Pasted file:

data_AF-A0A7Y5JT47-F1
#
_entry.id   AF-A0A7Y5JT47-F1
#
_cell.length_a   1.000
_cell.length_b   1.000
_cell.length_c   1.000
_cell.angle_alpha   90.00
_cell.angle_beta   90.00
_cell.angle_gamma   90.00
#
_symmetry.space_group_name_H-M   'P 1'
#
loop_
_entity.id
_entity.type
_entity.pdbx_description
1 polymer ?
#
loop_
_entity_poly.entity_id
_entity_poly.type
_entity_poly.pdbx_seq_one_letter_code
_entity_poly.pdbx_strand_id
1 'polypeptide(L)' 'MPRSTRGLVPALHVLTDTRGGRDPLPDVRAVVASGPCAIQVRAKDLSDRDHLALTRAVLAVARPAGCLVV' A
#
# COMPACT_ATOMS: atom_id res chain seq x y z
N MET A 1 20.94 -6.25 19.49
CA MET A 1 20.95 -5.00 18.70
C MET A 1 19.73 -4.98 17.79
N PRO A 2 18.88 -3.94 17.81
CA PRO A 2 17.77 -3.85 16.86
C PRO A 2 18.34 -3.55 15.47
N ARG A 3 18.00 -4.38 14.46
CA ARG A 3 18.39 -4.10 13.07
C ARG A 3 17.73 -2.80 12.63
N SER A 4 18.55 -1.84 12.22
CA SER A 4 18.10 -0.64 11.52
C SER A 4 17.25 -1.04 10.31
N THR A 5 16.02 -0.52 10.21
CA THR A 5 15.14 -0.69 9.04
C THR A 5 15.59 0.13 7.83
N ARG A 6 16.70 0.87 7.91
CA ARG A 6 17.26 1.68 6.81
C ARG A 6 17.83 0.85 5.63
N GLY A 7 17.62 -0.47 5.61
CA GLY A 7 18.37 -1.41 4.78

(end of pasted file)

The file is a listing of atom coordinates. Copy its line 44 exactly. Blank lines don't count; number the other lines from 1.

CA ARG A 6 17.26 1.68 6.81